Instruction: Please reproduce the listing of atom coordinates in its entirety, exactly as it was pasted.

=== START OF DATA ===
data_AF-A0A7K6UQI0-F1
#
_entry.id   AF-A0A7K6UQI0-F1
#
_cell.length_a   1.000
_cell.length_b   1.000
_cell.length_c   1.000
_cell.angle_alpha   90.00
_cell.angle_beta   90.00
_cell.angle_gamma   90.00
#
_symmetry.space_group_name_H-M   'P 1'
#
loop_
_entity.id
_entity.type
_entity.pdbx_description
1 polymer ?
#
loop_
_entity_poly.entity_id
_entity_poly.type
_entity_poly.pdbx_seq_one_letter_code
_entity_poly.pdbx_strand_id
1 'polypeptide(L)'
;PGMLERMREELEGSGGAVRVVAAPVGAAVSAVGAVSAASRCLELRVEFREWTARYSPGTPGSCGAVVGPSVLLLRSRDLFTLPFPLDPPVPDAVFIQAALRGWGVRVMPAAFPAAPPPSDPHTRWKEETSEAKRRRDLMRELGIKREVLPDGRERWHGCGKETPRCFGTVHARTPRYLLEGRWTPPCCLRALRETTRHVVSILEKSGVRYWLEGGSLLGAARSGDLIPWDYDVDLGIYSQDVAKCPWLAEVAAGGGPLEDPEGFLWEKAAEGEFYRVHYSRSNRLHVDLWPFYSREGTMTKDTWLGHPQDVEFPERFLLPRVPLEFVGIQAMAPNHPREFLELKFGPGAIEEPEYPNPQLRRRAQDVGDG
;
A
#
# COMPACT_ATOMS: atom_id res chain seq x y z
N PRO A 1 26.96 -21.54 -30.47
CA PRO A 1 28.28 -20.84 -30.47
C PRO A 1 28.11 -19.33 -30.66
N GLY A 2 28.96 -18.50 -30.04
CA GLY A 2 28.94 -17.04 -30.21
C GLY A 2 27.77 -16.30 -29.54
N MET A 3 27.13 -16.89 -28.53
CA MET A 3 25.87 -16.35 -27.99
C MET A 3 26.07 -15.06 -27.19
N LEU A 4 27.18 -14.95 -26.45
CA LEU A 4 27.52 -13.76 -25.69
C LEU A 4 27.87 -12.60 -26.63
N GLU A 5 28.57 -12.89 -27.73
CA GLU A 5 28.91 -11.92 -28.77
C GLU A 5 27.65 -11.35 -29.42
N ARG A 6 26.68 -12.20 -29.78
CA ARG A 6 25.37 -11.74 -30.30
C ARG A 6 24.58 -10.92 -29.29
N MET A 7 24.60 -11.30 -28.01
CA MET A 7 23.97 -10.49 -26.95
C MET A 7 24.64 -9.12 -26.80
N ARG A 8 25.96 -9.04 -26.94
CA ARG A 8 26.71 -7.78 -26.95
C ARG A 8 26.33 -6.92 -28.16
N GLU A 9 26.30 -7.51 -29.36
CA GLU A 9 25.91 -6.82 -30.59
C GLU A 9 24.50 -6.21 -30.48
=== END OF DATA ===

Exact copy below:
data_AF-A0A7K6UQI0-F1
#
_entry.id   AF-A0A7K6UQI0-F1
#
_cell.length_a   1.000
_cell.length_b   1.000
_cell.length_c   1.000
_cell.angle_alpha   90.00
_cell.angle_beta   90.00
_cell.angle_gamma   90.00
#
_symmetry.space_group_name_H-M   'P 1'
#
loop_
_entity.id
_entity.type
_entity.pdbx_description
1 polymer ?
#
loop_
_entity_poly.entity_id
_entity_poly.type
_entity_poly.pdbx_seq_one_letter_code
_entity_poly.pdbx_strand_id
1 'polypeptide(L)'
;PGMLERMREELEGSGGAVRVVAAPVGAAVSAVGAVSAASRCLELRVEFREWTARYSPGTPGSCGAVVGPSVLLLRSRDLFTLPFPLDPPVPDAVFIQAALRGWGVRVMPAAFPAAPPPSDPHTRWKEETSEAKRRRDLMRELGIKREVLPDGRERWHGCGKETPRCFGTVHARTPRYLLEGRWTPPCCLRALRETTRHVVSILEKSGVRYWLEGGSLLGAARSGDLIPWDYDVDLGIYSQDVAKCPWLAEVAAGGGPLEDPEGFLWEKAAEGEFYRVHYSRSNRLHVDLWPFYSREGTMTKDTWLGHPQDVEFPERFLLPRVPLEFVGIQAMAPNHPREFLELKFGPGAIEEPEYPNPQLRRRAQDVGDG
;
A
#
# COMPACT_ATOMS: atom_id res chain seq x y z
N PRO A 1 26.96 -21.54 -30.47
CA PRO A 1 28.28 -20.84 -30.47
C PRO A 1 28.11 -19.33 -30.66
N GLY A 2 28.96 -18.50 -30.04
CA GLY A 2 28.94 -17.04 -30.21
C GLY A 2 27.77 -16.30 -29.54
N MET A 3 27.13 -16.89 -28.53
CA MET A 3 25.87 -16.35 -27.99
C MET A 3 26.07 -15.06 -27.19
N LEU A 4 27.18 -14.95 -26.45
CA LEU A 4 27.52 -13.76 -25.69
C LEU A 4 27.87 -12.60 -26.63
N GLU A 5 28.57 -12.89 -27.73
CA GLU A 5 28.91 -11.92 -28.77
C GLU A 5 27.65 -11.35 -29.42
N ARG A 6 26.68 -12.20 -29.78
CA ARG A 6 25.37 -11.74 -30.30
C ARG A 6 24.58 -10.92 -29.29
N MET A 7 24.60 -11.30 -28.01
CA MET A 7 23.97 -10.49 -26.95
C MET A 7 24.64 -9.12 -26.80
N ARG A 8 25.96 -9.04 -26.94
CA ARG A 8 26.71 -7.78 -26.95
C ARG A 8 26.33 -6.92 -28.16
N GLU A 9 26.30 -7.51 -29.36
CA GLU A 9 25.91 -6.82 -30.59
C GLU A 9 24.50 -6.21 -30.48